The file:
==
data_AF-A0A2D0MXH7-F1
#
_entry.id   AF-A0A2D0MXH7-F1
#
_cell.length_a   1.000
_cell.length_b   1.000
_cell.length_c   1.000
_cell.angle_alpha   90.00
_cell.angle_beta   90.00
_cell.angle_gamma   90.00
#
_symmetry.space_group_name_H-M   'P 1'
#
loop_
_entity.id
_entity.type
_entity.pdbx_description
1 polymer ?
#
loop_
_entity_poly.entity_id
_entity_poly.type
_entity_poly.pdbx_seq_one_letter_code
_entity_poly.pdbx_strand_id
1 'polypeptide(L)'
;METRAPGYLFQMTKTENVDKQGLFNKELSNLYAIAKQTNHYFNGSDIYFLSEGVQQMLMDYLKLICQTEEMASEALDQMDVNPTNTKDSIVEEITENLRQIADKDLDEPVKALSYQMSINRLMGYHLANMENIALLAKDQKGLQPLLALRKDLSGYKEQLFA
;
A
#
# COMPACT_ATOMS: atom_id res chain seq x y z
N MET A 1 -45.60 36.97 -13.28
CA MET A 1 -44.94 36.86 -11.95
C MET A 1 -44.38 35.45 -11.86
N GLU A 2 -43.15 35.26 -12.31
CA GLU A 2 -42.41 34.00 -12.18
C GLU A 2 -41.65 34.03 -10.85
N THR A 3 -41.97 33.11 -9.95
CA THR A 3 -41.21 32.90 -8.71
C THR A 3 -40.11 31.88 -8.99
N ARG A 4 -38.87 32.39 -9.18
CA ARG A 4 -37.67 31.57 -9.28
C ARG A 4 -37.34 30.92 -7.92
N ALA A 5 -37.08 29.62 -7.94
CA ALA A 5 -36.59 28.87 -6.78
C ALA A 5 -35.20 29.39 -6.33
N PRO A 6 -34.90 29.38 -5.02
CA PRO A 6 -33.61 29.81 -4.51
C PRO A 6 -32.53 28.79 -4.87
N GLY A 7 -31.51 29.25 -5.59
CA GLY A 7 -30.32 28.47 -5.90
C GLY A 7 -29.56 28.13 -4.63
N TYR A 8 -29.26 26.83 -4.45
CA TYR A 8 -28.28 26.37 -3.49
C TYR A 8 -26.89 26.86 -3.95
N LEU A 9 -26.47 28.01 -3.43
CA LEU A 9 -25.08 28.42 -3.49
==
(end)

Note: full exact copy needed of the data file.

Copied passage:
data_AF-A0A2D0MXH7-F1
#
_entry.id   AF-A0A2D0MXH7-F1
#
_cell.length_a   1.000
_cell.length_b   1.000
_cell.length_c   1.000
_cell.angle_alpha   90.00
_cell.angle_beta   90.00
_cell.angle_gamma   90.00
#
_symmetry.space_group_name_H-M   'P 1'
#
loop_
_entity.id
_entity.type
_entity.pdbx_description
1 polymer ?
#
loop_
_entity_poly.entity_id
_entity_poly.type
_entity_poly.pdbx_seq_one_letter_code
_entity_poly.pdbx_strand_id
1 'polypeptide(L)'
;METRAPGYLFQMTKTENVDKQGLFNKELSNLYAIAKQTNHYFNGSDIYFLSEGVQQMLMDYLKLICQTEEMASEALDQMDVNPTNTKDSIVEEITENLRQIADKDLDEPVKALSYQMSINRLMGYHLANMENIALLAKDQKGLQPLLALRKDLSGYKEQLFA
;
A
#
# COMPACT_ATOMS: atom_id res chain seq x y z
N MET A 1 -45.60 36.97 -13.28
CA MET A 1 -44.94 36.86 -11.95
C MET A 1 -44.38 35.45 -11.86
N GLU A 2 -43.15 35.26 -12.31
CA GLU A 2 -42.41 34.00 -12.18
C GLU A 2 -41.65 34.03 -10.85
N THR A 3 -41.97 33.11 -9.95
CA THR A 3 -41.21 32.90 -8.71
C THR A 3 -40.11 31.88 -8.99
N ARG A 4 -38.87 32.39 -9.18
CA ARG A 4 -37.67 31.57 -9.28
C ARG A 4 -37.34 30.92 -7.92
N ALA A 5 -37.08 29.62 -7.94
CA ALA A 5 -36.59 28.87 -6.78
C ALA A 5 -35.20 29.39 -6.33
N PRO A 6 -34.90 29.38 -5.02
CA PRO A 6 -33.61 29.81 -4.51
C PRO A 6 -32.53 28.79 -4.87
N GLY A 7 -31.51 29.25 -5.59
CA GLY A 7 -30.32 28.47 -5.90
C GLY A 7 -29.56 28.13 -4.63
N TYR A 8 -29.26 26.83 -4.45
CA TYR A 8 -28.28 26.37 -3.49
C TYR A 8 -26.89 26.86 -3.95
N LEU A 9 -26.47 28.01 -3.43
CA LEU A 9 -25.08 28.42 -3.49